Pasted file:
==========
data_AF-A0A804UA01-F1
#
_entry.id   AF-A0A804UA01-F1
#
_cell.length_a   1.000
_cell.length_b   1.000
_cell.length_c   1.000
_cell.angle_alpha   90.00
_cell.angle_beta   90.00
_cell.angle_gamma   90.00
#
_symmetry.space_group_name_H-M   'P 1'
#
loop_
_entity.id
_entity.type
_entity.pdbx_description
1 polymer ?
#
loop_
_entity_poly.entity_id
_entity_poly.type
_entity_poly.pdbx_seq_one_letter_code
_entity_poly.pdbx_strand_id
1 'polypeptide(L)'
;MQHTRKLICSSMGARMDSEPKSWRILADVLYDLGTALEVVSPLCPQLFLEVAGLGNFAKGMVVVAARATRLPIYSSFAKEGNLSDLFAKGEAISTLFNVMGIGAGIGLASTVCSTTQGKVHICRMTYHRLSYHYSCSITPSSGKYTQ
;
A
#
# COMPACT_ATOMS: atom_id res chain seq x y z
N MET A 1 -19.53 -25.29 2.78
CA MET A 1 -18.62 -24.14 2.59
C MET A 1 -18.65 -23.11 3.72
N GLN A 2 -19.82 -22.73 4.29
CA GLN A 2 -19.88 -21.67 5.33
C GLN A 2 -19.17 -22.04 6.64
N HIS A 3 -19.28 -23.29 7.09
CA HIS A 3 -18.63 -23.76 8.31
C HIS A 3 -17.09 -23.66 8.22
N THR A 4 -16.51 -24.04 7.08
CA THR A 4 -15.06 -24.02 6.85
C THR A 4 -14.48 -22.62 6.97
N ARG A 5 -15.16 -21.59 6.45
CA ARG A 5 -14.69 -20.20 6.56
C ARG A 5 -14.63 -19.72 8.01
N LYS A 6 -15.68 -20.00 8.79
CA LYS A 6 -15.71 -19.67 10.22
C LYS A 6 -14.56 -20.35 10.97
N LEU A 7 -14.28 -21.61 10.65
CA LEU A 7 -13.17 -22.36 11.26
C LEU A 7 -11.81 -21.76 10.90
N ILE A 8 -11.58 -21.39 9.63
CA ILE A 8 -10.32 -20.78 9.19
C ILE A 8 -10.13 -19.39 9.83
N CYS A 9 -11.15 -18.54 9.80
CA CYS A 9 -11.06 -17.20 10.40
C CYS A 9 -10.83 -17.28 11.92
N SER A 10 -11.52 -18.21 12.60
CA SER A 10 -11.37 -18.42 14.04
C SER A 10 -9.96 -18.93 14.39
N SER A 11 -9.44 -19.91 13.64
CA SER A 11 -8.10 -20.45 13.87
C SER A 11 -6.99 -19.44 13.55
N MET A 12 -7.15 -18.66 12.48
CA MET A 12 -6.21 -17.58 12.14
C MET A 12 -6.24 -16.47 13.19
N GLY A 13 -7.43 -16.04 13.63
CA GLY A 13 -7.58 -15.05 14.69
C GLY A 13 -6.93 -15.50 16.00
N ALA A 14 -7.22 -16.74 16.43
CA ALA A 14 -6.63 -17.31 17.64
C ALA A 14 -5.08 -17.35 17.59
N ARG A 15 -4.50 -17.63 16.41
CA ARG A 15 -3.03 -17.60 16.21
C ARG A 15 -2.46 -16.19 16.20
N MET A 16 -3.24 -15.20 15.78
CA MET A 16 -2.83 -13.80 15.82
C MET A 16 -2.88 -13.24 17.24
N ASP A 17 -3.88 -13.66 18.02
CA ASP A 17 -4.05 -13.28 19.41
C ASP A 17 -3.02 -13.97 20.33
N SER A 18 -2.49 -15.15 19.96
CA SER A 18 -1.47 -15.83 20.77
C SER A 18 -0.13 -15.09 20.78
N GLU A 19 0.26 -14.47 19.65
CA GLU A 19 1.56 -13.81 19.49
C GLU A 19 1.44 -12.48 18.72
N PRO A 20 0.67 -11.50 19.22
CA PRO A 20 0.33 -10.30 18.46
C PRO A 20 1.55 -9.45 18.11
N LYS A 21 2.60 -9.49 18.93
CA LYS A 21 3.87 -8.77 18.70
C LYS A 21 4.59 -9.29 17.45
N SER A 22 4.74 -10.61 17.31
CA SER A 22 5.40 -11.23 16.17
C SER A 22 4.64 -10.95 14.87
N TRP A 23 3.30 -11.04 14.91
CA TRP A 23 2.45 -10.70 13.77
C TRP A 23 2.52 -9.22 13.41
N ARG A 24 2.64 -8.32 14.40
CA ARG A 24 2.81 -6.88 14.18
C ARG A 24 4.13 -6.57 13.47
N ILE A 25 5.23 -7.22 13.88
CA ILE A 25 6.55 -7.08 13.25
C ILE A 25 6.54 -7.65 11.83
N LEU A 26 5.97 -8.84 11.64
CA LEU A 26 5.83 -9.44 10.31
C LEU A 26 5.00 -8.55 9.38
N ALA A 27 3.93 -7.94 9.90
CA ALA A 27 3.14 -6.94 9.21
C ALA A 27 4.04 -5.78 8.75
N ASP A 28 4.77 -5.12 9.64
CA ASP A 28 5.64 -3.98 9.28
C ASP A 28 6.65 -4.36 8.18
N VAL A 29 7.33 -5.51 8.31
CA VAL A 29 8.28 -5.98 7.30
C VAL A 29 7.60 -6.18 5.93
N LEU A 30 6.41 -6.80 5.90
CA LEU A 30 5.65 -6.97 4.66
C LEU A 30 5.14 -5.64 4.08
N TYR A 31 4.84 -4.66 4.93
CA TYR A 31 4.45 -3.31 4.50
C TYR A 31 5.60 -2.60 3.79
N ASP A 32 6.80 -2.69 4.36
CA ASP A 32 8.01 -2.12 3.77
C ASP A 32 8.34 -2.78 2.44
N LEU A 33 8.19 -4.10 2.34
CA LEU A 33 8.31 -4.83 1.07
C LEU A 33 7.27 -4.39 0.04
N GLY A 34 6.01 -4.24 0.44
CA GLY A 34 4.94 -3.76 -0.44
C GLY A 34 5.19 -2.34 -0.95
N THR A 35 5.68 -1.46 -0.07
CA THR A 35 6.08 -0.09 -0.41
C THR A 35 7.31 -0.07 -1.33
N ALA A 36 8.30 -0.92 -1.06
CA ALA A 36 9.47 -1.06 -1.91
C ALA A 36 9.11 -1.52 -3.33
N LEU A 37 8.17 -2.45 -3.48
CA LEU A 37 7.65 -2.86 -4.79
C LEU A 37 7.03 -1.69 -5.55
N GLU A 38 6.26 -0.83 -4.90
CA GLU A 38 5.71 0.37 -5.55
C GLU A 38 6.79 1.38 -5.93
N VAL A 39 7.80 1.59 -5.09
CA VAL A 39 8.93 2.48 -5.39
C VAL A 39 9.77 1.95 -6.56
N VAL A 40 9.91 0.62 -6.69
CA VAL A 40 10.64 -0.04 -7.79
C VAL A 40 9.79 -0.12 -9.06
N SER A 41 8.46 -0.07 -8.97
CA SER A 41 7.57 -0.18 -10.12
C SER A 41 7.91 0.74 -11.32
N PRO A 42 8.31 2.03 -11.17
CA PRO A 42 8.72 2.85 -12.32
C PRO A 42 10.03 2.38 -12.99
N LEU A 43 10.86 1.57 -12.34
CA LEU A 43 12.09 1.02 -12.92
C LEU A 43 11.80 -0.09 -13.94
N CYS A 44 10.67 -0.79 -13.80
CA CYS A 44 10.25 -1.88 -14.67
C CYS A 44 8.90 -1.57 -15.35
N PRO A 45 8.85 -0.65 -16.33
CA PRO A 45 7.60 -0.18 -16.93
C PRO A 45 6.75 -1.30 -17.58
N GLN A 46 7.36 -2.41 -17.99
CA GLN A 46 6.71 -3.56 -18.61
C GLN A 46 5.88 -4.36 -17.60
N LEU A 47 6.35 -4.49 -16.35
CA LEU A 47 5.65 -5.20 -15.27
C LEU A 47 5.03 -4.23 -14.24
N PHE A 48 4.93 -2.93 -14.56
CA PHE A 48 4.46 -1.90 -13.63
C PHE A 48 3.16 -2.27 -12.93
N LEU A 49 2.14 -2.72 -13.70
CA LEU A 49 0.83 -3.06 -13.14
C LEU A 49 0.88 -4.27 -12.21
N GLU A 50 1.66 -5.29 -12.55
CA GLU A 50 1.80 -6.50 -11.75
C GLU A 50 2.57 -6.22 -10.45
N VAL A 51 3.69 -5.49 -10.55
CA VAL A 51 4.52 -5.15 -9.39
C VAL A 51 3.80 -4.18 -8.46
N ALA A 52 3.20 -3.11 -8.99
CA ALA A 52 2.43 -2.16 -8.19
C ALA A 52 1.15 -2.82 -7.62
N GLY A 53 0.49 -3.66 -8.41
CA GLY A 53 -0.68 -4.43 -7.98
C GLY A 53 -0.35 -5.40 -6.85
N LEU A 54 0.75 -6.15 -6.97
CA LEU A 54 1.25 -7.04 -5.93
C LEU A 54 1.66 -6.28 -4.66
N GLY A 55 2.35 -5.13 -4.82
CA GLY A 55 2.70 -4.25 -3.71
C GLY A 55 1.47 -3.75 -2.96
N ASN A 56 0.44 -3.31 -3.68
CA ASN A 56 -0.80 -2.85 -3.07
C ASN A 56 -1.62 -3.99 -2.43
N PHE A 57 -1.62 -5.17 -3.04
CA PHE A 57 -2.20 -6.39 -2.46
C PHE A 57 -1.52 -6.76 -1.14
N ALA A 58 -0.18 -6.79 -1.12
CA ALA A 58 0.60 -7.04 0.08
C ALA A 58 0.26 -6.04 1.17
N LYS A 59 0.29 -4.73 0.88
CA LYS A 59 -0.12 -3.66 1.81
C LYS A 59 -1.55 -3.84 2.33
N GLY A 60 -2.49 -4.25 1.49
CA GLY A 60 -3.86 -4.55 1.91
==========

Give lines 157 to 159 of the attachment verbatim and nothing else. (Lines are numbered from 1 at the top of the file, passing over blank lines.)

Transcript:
N LEU A 43 10.86 1.57 -12.34
CA LEU A 43 12.09 1.02 -12.92
C LEU A 43 11.80 -0.09 -13.94